The Research Process

Research Basics

Broadly speaking, research can be defined as the search for knowledge.  There are two kinds of biomedical research:

  • Basic or bench research is usually performed in a laboratory and examines the basic mechanisms of life.
  • Clinical or applied research is a carefully structured and closely monitored process for working with human subjects to find the answers to specific medical questions.  This is the type of research that is conducted at the Lang Research Center.

While the purpose of each research project may vary, all projects follow the same basic steps; it is the purpose of the projects that vary. Another common denominator is that each project is carefully controlled for quality and safety.

Eight major steps in conducting a research study

The Lang Research Center encourages our physicians to study the pressing medical questions in their practice and to seek the answers to those questions through a research study.  We support them in that effort by fostering a collaborative research environment and by assisting investigators in the following eight major steps of the clinical research process.

Step One: Formulating the right question

The first task is to state the focus of the proposed study precisely. The investigator needs to be clear about what knowledge or data currently exists concerning the topic and what specific question the study will answer.

Step Two: Funding

Funding can come from a number of sources. Within the hospital, there may be funds set aside for research projects. Sources outside the hospital include government, industry, foundations and individuals.

Step Three: Preparing a protocol

A protocol is a detailed plan that describes the purpose of a study and how, exactly, it will be carried out. There are several different methods for conducting research, and the method chosen will depend on what the investigator is trying to find out. Study types can include trials for treatment, prevention, diagnosis, screening, and/or quality of life.

The protocol or study plan will include such details as the reason for the study, the number of participants required and their eligibility and exclusion criteria, what interventions or therapies will be carried out, the specific steps to be taken and by whom, what information will be gathered, a timetable, and other guidelines and information. The protocol will also specify how the study will comply with professional guidelines and with the extensive regulations and laws of federal, state and local authorities for the protection of human research subjects.

All members of the study team must follow the procedures of the protocol exactly. Before the study begins the team is carefully trained in interview skills, understanding the study goals, how to administer informed consent, how to document the data collected, and other fundamentals.  The study team can comprise a broad range of personnel including physicians, nurses, data managers, data entry specialists, pharmacists, laboratory support staff, statisticians, patient advocates and others.

Step Four: Submit the protocol for IRB approval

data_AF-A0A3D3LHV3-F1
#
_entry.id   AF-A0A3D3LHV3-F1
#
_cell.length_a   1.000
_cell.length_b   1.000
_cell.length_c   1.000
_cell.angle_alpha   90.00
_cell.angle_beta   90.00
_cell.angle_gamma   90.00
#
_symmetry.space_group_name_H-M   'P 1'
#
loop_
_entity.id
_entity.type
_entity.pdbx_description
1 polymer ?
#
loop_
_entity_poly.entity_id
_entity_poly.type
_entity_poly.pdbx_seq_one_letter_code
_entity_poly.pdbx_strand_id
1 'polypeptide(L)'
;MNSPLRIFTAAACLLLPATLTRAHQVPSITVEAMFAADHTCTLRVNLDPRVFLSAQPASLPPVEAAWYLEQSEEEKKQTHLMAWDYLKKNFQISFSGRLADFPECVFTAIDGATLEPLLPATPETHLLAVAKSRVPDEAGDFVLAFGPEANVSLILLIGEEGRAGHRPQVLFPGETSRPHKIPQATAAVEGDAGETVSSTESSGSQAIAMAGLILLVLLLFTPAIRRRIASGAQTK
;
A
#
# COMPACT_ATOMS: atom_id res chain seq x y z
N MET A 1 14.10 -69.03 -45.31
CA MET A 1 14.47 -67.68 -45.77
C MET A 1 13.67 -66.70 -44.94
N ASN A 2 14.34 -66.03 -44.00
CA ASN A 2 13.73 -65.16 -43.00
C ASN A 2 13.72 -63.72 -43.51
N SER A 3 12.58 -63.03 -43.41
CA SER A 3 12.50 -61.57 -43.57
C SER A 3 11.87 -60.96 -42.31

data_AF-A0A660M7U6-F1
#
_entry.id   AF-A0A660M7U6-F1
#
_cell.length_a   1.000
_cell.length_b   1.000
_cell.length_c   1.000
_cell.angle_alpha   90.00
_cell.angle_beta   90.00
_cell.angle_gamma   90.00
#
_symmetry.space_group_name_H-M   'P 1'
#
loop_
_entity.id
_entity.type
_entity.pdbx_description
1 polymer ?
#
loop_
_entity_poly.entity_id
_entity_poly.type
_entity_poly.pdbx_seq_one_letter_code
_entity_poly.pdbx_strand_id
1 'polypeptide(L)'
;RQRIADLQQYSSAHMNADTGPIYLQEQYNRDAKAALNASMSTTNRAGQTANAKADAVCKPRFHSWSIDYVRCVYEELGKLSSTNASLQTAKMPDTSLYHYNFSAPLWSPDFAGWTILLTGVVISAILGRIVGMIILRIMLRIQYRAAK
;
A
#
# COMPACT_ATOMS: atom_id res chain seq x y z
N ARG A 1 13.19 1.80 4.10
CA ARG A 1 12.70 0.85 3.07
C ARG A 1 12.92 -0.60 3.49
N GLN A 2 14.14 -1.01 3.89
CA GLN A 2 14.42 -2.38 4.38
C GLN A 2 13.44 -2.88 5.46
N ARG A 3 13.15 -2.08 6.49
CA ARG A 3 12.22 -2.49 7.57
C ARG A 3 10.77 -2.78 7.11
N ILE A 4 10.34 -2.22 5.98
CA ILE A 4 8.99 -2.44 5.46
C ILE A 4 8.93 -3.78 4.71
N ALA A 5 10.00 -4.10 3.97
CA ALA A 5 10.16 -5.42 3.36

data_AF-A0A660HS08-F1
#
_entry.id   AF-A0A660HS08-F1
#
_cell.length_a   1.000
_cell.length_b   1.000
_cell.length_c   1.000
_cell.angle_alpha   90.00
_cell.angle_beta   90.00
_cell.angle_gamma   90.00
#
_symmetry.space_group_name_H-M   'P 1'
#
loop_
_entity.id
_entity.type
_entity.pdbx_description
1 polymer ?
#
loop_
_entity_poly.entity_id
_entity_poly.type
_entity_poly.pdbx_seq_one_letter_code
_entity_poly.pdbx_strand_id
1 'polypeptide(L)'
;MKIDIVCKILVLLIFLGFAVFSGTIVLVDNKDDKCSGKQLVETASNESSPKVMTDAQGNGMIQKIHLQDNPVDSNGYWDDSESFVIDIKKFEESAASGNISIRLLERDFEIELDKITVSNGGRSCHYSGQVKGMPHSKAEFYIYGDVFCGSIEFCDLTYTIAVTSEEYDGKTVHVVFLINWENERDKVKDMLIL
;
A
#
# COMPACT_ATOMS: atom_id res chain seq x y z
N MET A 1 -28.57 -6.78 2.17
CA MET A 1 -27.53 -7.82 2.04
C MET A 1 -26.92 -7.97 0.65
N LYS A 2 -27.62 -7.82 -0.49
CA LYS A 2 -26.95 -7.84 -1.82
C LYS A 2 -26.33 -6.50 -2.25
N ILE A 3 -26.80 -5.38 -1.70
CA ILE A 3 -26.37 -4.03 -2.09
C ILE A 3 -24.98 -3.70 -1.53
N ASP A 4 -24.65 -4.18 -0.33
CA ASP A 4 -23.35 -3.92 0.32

The protocol is submitted along with attachments through the Institutional Review Board (IRB) office. 

Step Five: Recruiting subjects

The study team uses a variety of methods to notify people about the study, which include speaking to community groups and alerting health care providers and organizations. They also post notices on and other websites as well as in newspapers or journals.

When someone expresses an interest in being part of a study, that person is carefully screened for eligibility, and if eligible, asked to sign an informed consent form. This process involves a discussion of the potential risks and benefits of participating in research and the responsibilities of the study staff. If the candidate decides to proceed, he or she is then officially enrolled as a study participant.

Step Six: Conducting the study

The conduct of the study follows the procedures outlined in the protocol. Members of the team provide the patient with a detailed schedule on when data will be collected as well as ongoing education about the process. All data collected are entered into the study’s data collection system, according to the schedule and procedures described in the protocol. Studies are continuously monitored to ensure that the participants are being protected and that the integrity of the data is being maintained.

At the end of the study, the data collected are reviewed for completeness and then archived, along with any related papers and documents. The archive is locked, so no one can change the data, and access is restricted.

Step Seven: Analyzing the data

The data are analyzed according to the statistical and analytic plan outlined in the protocol. The first analysis is intended to produce conclusions about the study: What was the answer to the question? A second exploratory analysis employing a different approach may be used to generate new ideas for future studies.

Step Eight: Reporting the results

Communicating the results of a study is what validates the research process. The answer to a question from a clinical research project may benefit many people, including:

  • The individual who participated in the trial and received expert medical care and education.
  • Research scientists who, regardless of the study’s outcome, now know more about the potential for future study of the project.
  • Health care professionals who may have an enhanced ability to treat their patients.
  • Patients worldwide who may benefit from any advancement in treatment resulting from the study.

Not every study addresses the biggest question or produces the most dramatic answer, but every study has the potential to make a worthwhile contribution to the advancement of human health and well-being.

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